Microbes are also linked to mysterious illnesses, affecting one’s immune system or digestive processes. For example, several Yersinia species have been linked to Graves disease–an autoimmune thyroid disease–and Giardia lamblia, a protozoan, can result in severe hypothyroidism. While a genetic predisposition is suggested, various conditions of inflammatory bowel disease including Crohn disease and ulcerative colitis are also sporadically linked to microbes. These chronic illnesses mimic the symptoms of acute enteric infection, i.e., diarrhea, abdominal pain, fever and weight loss, but the chronic disease lasts an average of 3.2 years before diagnosis. Pseudomonas, Mycobacterium, Listeria monocytogenes, Enterococcus fecalis, Streptococcus spp., and E. coli are all debatable suspects.

C. jejuni and other enteric pathogens are suspected causes of Guillian-Barré syndrome, a neuromuscular disorder where the myelin sheath around peripheral nerve cells is lost, resulting in paralysis. Even with adequate treatment of this disease, up to 20 percent of patients require mechanical ventilation and a very small percentage result in death.

Compared to bacteria and protozoa, fewer viruses have been identified as producing chronic sequelae. Perhaps this is because viral infections aren’t as readily identifiable due to difficulties in their detection and diagnosis. In the last year, scientists have made great progress in establishing a link to infectious viruses and diabetes. Although suspected for decades, direct evidence was lacking. Today, microbial research has directly targeted coxsackievirus B4 (CVB4), a common cause of viral infections in children. Coxsackieviruses, along with polio, are a member of the enterovirus group. The many strains of coxsackie-virus produce a variety of symptoms ranging from rashes to flu-like illness to eye infections. Although hepatitis A virus is suspected of causing chronic infections, the proof is lacking. Concern is that the virus can trigger the onset of autoimmune chronic active hepatitis in a genetically predisposed group.

In some instances, the microbes themselves don’t cause a problem but their toxic metabolites do. Mycotoxins, chemicals produced by molds (i.e., Fusarium, Aspergillus, and Penicillium) during and after their growth, are known to be carcinogenic, mutagenic and teratogenic.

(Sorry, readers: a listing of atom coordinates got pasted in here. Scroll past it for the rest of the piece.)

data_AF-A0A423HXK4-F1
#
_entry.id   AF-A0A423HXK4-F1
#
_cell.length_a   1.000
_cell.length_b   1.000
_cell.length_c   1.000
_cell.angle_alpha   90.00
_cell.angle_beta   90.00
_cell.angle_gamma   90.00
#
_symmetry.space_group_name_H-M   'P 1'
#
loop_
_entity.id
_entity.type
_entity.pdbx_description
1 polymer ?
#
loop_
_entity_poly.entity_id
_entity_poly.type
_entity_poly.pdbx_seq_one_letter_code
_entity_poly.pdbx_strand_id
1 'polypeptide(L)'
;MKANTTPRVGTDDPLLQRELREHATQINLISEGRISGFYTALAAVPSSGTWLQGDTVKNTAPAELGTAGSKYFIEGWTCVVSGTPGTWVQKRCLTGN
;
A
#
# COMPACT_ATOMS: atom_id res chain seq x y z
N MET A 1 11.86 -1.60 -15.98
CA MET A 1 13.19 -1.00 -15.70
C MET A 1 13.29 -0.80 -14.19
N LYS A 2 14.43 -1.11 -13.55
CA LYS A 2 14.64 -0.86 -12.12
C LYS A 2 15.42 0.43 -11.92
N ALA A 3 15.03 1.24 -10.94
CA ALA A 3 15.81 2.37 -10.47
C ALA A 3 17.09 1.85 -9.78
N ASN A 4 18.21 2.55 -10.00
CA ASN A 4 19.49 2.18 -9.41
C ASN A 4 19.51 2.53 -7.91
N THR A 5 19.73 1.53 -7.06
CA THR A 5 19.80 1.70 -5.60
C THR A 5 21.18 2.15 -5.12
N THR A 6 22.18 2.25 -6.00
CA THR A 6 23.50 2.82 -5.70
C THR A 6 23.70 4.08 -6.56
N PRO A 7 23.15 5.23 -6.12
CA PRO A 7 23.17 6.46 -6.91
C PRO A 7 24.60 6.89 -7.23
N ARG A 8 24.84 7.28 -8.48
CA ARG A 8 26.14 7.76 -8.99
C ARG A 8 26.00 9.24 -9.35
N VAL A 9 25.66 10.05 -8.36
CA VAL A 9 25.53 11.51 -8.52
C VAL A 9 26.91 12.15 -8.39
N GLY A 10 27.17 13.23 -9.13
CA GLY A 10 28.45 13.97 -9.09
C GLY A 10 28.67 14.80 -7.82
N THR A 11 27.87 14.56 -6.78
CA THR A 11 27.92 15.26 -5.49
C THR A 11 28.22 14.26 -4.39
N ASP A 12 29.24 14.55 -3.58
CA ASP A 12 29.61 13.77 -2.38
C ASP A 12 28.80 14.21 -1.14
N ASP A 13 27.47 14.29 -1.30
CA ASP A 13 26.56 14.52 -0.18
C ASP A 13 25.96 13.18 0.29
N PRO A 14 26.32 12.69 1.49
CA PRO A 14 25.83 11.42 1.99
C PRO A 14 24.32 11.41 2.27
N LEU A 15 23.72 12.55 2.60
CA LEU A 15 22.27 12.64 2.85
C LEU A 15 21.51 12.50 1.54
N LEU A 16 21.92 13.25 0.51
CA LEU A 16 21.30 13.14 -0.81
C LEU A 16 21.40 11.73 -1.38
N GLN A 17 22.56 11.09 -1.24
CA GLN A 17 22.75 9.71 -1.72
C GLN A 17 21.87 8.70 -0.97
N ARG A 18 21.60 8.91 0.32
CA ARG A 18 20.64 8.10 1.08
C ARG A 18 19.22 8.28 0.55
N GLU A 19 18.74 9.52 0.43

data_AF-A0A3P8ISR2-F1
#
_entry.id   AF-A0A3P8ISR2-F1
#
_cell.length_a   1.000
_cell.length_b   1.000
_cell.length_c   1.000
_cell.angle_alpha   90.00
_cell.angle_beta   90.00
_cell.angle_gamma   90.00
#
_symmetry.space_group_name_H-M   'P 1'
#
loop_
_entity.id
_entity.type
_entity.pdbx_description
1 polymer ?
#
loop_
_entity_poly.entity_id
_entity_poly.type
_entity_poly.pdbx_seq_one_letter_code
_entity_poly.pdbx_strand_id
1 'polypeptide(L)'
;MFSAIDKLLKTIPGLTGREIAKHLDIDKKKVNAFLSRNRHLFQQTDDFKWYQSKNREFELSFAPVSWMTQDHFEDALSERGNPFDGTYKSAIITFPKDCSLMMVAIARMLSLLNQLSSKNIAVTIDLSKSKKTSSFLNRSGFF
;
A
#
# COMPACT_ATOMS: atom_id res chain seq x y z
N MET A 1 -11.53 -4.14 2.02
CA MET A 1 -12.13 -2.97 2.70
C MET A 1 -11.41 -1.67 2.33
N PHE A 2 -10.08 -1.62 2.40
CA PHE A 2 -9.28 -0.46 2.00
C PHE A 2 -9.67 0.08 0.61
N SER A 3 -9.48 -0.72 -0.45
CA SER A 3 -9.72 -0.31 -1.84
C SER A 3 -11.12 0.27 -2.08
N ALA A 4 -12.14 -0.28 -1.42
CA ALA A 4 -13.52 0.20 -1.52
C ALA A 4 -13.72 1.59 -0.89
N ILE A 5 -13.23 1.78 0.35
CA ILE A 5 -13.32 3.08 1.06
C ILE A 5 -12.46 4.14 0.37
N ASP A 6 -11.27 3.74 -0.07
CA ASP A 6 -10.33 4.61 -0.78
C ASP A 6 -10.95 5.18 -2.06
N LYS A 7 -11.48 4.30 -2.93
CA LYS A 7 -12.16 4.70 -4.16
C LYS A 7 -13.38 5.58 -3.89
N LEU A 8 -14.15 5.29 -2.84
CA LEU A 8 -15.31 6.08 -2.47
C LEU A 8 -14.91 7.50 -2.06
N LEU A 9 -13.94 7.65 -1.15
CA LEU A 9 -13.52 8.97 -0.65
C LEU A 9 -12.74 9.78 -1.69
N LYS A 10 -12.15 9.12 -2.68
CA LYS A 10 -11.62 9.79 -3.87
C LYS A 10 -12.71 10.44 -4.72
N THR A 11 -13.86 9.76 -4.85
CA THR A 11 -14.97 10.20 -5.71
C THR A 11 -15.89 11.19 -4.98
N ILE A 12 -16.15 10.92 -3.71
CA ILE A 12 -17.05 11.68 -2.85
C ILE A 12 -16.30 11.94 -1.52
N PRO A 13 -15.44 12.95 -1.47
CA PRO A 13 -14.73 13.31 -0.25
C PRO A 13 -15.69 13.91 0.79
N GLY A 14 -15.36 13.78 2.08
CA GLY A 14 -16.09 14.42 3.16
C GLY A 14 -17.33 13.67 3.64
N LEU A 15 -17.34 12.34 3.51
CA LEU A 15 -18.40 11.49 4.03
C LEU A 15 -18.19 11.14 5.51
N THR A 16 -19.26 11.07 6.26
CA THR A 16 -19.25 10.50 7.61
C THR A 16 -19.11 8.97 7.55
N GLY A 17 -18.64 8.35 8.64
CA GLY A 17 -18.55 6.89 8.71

Host stability appears to be an important precursor to chronic sequelae. Conditions of poor health, immunocompetence, and genetic predisposition are all important factors. Persons with challenged immunity, i.e., AIDS patients, are frequently infected with enteric bacteria, protozoa or viruses. Chronic sequelae of nutritional and gastrointestinal illness may further develop. The death rate due to diarrhea, which may last from months to years in sensitive populations, is nearly 80 percent.

Determining the true impact of waterborne organisms today and their potential health impact in the future is difficult. To complicate matters further, microbes are transmitted by other routes including food and person-to-person contact. Participants from the Institute of Medicine Forum on Emerging Infections workshop (Oct. 21-22, 2002) discussed the need for long-term surveillance systems to establish a temporal relationship between infection and chronic disease and develop prevention strategies to eliminate or minimize chronic effects.[2]

While the majority of sequelae from chronic infections aren’t immediately life threatening, one’s quality of life can be greatly affected. Likewise, the cost burden to society is immense. Another factor to consider is the growing population of immunocompromised individuals. These sensitive populations are more susceptible to waterborne infections and tend to experience a more severe outcome (i.e., serious illness, death) following infection. Adverse health conditions continue even with the use of state-of-the-art treatment plants and many regulatory efforts that improve water quality. This is where point-of-use (POU) treatment options can have a dramatic impact. Studies show that people with POU systems in their home experience 35 percent fewer incidences of acute gastroenteritis.[3] No estimates are available to determine what percentage of long-term, chronic conditions might be avoided.

Given the appropriate level of treatment, waterborne disease is largely preventable. Treated water supplies combined with adequate food safety and sanitation practices have a dramatic impact on microbial disease incidence. Therefore, avoidance of microbial infection will not only save people from using up a few sick days at work, but may also contribute to a better quality of life in the long term.


  1. Lindsay, J.A., “Chronic Sequelae of Food-borne Disease,” Emerging Infectious Diseases, Vol 3, 1997.
  2. O’Connor, S., et al., “Conference Summary–The Institute of Medicine Forum on Emerging Infections: Linking Infectious Agents and Chronic Diseases,” Emerging Infectious Diseases, Vol. 8, No. 12, December 2002.
  3. Payment, P., et al., “Gastrointestinal health effects associated with the consumption of drinking water produced by a point-of-use domestic reverse-osmosis filtration units,” Applied and Environmental Microbiology, 57: 945-948, 1991.

About the author
Dr. Kelly A. Reynolds is a research scientist at the University of Arizona with a focus on development of rapid methods for detecting human pathogenic viruses in drinking water. She holds a master of science degree in public health (MSPH) from the University of South Florida and doctorate in microbiology from the University of Arizona. Reynolds has also been a member of the WC&P Technical Review Committee since 1997.